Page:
Youth hockey in the Triangle reached a major milestone this past weekend when one if its own, Raleigh
’s Matt Gellatly, became the first Junior Hurricanes player to be drafted by a Canadian major junior league.
The Saginaw Spirit of the Ontario Hockey League selected Gellatly (pronounced GELL-at-lee) in the 15th round.
The Enloe High School
junior said he will probably attend the Spirit’s prospect camp this summer, but ultimately hopes to enroll and play at a Division I college.
“It’s pretty amazing, just to think of all the people that have played here that haven’t been drafted,” said Gellatly.
“It’s pretty sweet to be the first one, and hopefully there will be many more to come.”
Gellatly, 17, originally began playing hockey when he received a stick as a gift from his grandparents.
That led to a Junior Hurricanes career that included an appearance at the Nike Bauer tournament in Chicago
and two in the Quebec International Pee-Wee tournament, among others.
Most recently, he scored 36 points in 36 games while captaining the Junior Hurricanes AAA Under-16 team.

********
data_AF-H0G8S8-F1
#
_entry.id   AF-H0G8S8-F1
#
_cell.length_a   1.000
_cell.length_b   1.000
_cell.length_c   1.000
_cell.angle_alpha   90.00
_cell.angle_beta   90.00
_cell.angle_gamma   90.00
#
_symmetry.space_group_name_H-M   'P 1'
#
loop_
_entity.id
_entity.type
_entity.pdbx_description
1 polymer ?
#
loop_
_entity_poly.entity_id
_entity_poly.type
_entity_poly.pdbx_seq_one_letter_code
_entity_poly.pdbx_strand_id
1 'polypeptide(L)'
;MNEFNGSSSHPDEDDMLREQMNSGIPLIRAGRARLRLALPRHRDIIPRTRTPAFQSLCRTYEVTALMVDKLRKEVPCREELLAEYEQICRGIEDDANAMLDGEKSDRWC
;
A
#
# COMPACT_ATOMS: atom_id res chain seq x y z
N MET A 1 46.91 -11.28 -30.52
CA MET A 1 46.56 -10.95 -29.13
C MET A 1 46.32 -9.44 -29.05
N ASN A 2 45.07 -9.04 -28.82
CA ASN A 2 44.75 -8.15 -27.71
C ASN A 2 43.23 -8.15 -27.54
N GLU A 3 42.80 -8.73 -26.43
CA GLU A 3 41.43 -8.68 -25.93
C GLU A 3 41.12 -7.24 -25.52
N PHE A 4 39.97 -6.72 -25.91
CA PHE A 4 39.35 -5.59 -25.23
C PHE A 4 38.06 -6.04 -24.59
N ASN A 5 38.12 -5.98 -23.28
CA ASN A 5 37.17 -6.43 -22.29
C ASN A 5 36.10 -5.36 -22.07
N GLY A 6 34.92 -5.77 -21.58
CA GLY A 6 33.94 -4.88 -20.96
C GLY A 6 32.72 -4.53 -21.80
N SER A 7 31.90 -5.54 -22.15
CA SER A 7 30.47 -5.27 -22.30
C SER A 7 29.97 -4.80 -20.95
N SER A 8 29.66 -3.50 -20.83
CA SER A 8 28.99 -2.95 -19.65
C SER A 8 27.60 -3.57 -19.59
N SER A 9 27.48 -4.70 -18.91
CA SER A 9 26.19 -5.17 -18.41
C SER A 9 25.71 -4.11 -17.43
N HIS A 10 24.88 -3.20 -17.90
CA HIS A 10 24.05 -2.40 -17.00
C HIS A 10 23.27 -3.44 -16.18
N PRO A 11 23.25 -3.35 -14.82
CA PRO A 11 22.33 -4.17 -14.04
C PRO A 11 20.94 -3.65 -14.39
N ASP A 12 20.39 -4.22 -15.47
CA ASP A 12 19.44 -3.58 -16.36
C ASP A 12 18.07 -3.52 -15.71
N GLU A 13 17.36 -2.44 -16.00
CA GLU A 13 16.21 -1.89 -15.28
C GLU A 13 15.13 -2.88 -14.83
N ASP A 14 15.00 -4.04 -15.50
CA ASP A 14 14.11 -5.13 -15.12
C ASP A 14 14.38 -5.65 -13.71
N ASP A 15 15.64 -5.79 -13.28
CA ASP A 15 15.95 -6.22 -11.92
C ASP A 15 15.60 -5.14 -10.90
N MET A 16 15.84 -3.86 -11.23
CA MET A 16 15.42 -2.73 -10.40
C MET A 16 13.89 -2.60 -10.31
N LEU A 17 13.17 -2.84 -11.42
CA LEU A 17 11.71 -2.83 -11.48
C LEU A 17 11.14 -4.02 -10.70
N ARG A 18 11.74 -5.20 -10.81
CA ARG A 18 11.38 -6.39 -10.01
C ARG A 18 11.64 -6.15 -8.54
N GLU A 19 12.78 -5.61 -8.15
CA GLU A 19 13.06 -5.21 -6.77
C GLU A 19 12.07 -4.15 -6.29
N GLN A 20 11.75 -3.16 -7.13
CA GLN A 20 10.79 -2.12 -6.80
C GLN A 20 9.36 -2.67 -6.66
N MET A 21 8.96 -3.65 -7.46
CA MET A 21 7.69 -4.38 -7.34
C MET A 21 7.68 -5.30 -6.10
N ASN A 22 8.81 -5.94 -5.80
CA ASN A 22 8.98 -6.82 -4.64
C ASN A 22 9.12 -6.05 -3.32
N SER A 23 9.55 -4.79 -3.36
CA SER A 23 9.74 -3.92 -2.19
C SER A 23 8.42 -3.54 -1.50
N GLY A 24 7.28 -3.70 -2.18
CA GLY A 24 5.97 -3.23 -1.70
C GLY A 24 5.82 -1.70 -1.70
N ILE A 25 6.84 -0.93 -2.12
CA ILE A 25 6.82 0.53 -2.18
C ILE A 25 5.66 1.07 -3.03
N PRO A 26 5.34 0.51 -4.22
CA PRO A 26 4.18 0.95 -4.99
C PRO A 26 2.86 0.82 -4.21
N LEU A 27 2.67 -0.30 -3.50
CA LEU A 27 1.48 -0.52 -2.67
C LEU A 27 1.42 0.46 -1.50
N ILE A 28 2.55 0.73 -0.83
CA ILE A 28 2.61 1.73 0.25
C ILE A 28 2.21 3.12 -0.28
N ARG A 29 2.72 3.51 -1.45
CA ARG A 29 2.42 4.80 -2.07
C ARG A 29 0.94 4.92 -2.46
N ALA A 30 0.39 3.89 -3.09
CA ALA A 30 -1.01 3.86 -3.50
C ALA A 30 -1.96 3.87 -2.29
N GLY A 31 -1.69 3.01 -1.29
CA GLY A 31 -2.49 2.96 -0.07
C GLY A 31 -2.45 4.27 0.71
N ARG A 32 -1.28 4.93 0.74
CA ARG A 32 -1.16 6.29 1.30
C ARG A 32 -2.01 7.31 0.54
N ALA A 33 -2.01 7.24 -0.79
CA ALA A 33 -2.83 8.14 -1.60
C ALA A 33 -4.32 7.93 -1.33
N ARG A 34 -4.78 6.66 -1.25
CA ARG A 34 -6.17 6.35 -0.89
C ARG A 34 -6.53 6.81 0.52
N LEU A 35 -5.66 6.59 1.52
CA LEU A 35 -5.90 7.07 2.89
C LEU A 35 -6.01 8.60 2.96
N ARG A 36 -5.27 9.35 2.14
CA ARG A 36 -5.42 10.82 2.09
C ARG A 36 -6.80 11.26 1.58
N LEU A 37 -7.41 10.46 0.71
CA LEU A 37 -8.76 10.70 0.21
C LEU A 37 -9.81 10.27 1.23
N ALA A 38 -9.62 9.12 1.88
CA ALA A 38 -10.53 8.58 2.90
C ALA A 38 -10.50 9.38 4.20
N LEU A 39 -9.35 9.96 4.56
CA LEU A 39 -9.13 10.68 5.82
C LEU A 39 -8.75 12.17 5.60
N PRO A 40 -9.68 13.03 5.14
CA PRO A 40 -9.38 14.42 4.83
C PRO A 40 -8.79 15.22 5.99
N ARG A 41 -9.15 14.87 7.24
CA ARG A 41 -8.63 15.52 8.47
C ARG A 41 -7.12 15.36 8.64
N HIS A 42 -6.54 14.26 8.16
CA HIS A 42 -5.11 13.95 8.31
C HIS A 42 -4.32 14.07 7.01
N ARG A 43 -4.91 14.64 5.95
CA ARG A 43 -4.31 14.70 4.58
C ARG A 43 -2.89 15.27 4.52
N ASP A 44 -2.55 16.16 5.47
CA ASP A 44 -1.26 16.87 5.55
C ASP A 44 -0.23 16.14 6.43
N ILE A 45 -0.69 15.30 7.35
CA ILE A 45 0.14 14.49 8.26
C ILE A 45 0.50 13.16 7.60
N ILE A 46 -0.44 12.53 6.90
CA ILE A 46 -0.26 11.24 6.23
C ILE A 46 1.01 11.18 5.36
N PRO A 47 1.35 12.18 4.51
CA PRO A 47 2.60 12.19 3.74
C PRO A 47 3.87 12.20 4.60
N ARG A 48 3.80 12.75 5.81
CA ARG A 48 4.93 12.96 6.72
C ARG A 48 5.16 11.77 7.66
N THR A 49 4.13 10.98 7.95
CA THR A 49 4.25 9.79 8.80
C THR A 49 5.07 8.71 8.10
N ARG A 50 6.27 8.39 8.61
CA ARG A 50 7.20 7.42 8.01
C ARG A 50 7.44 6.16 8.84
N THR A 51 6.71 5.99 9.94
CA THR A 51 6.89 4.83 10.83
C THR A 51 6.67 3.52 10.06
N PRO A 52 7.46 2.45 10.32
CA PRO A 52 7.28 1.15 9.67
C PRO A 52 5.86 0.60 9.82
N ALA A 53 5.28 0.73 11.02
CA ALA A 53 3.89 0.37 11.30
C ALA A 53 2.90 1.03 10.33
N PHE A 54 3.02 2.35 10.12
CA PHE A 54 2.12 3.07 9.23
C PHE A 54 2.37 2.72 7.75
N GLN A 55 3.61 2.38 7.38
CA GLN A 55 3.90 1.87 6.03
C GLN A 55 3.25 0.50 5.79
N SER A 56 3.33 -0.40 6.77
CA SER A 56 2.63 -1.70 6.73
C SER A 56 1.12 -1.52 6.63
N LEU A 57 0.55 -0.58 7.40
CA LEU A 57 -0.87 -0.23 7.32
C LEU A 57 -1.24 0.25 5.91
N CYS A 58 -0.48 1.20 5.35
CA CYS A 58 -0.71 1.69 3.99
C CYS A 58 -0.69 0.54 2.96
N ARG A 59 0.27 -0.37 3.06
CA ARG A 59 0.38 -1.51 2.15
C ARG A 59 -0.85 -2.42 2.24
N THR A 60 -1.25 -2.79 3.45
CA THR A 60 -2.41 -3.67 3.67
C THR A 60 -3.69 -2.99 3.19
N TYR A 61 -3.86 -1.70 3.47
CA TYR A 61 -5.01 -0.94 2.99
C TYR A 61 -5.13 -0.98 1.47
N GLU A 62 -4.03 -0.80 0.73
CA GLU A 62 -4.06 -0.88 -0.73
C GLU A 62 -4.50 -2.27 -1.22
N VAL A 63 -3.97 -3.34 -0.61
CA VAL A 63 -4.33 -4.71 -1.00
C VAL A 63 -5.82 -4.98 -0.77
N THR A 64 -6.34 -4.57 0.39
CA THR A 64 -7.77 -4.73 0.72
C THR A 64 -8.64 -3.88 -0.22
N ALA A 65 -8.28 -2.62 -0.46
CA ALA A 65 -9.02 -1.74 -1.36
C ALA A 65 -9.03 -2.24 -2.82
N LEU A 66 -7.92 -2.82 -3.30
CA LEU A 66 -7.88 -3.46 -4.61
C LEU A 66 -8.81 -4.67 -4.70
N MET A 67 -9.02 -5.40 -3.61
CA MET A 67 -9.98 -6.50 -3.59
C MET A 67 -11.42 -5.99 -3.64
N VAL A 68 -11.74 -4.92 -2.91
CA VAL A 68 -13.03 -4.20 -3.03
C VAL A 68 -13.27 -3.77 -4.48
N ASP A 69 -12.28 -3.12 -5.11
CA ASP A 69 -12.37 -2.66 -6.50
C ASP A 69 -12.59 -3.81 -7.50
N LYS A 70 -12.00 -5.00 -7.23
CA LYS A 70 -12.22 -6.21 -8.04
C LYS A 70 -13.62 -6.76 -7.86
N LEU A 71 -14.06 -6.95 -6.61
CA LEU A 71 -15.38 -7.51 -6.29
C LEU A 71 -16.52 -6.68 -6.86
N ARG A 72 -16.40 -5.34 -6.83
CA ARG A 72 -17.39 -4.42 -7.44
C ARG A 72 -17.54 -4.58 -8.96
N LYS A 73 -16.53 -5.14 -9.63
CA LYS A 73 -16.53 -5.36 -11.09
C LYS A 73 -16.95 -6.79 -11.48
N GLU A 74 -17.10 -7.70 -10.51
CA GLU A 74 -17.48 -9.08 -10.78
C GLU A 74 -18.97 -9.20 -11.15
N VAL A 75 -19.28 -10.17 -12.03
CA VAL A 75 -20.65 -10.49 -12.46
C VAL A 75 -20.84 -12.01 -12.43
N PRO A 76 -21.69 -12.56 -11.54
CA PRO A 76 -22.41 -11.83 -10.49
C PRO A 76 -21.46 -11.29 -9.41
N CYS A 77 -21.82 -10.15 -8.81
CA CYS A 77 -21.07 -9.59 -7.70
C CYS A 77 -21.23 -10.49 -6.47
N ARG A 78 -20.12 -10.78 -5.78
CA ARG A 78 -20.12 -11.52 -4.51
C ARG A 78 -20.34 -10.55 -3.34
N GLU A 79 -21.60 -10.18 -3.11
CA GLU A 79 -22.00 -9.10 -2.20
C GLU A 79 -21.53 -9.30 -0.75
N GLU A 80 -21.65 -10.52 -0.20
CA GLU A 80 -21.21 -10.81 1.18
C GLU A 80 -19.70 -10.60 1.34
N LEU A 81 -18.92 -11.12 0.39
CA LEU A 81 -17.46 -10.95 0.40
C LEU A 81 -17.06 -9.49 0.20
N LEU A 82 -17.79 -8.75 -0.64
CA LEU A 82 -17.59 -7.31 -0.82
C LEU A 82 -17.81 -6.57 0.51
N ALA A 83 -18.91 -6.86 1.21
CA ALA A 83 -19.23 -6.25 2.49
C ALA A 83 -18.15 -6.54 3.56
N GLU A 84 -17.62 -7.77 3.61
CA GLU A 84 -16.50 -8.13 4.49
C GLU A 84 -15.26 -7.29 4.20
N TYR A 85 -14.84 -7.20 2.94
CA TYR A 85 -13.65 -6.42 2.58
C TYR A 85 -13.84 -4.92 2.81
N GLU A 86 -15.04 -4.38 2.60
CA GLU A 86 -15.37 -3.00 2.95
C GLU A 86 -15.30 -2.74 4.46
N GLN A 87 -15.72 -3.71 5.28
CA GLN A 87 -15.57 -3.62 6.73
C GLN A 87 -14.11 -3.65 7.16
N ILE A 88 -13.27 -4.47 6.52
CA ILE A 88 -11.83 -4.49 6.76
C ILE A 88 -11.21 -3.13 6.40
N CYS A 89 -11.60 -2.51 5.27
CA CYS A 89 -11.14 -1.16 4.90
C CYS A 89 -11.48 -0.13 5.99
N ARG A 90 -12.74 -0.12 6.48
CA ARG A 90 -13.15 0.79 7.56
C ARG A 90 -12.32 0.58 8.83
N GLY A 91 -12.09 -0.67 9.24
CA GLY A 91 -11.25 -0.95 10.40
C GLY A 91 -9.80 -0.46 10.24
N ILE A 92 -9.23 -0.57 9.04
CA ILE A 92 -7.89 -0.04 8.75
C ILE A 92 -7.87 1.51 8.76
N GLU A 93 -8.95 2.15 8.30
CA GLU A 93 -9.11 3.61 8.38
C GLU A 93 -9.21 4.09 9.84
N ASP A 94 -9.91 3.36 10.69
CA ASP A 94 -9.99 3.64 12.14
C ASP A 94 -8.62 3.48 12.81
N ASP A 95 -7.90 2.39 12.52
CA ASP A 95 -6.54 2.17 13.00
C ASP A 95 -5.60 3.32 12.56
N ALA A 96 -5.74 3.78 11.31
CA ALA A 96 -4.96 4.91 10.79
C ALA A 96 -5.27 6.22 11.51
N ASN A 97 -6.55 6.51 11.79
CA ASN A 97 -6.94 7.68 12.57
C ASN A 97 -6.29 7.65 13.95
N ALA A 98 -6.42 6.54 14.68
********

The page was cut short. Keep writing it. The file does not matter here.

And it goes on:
“He’s a very big, strong, fast skater, and the big thing is he’s got some good talent out there too,” said Hurricanes Youth and Amateur Hockey Coordinator Paul Strand.
“He can get out there and skate with the best of them and skate with all the kids in the country, and he hits, which is good.”
While Gellatly’s selection is the first of its kind in the area, Strand
said he sees it as a positive sign for the growth of youth hockey in the area.
”I think this is huge,” he said.
“It’s a great start.
We do have some kids out there on the radar that are going to college and are playing junior, but this is the biggest junior league in the world.
If we can get a kid solidified in there, it really shows to the rest of the hockey community that we have kids coming out of North Carolina
and hopefully we can get more and more kids going there.”
Gellatly, a 5'10", 180-pound power forward, was drafted after Junior Hurricanes head coach Clay Cotie recommended him to OHL scouts.
Cotie, a regional scout himself for the Western Hockey League’s Red Deer Rebels, was unable to recommend Gellatly to his own Red Deer
organization since Raleigh
falls out of the WHL’s designated territory for selecting players.
That helped lead to Saginaw
’s selection – one that Gellatly didn’t necessarily see coming when he picked up that stick from his grandparents years ago.
”No, but I’m sure glad that it did,” he said.